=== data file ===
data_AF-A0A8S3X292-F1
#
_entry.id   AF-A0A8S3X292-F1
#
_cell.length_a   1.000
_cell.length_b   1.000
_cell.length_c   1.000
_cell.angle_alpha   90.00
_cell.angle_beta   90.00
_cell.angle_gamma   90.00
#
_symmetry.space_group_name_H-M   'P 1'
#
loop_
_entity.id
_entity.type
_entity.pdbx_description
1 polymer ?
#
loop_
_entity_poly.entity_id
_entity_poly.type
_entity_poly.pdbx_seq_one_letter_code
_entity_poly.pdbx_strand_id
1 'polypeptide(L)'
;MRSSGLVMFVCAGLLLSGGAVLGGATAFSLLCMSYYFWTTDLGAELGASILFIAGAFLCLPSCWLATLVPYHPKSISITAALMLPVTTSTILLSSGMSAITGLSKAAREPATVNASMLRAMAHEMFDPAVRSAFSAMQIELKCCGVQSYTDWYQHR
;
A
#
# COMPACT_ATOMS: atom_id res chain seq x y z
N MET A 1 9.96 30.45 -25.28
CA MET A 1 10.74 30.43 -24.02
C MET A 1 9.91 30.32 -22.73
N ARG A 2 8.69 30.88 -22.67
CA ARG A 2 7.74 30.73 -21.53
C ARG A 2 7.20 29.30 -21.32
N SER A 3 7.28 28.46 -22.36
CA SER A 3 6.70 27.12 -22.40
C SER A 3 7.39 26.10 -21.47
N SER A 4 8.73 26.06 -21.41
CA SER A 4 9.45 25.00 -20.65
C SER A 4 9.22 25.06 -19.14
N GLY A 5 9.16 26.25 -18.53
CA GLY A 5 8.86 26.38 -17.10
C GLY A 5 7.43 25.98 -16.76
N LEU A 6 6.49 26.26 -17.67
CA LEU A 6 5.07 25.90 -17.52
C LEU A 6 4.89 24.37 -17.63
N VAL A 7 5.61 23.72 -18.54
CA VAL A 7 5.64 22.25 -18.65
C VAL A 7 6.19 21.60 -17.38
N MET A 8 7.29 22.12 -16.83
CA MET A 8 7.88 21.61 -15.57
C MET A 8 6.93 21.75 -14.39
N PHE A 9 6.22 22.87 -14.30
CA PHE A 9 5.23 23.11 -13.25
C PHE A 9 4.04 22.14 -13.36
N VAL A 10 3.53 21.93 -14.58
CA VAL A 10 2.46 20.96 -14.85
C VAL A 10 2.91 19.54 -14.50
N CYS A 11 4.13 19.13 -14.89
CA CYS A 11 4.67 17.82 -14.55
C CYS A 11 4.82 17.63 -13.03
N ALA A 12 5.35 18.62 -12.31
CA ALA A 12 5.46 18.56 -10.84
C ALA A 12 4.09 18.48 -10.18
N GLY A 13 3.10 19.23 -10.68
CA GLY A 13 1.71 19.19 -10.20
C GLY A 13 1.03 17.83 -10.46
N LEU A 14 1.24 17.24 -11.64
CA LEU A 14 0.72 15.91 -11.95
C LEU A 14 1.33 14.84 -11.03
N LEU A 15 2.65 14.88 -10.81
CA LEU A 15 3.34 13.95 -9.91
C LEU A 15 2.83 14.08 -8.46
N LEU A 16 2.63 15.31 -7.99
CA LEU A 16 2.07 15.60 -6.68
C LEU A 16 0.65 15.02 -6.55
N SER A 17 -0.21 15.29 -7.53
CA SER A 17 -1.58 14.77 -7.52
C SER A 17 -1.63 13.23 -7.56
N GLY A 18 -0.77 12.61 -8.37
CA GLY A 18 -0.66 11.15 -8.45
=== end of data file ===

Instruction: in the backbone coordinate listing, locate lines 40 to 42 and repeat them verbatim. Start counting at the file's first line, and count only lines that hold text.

N SER A 4 8.73 26.06 -21.41
CA SER A 4 9.45 25.00 -20.65
C SER A 4 9.22 25.06 -19.14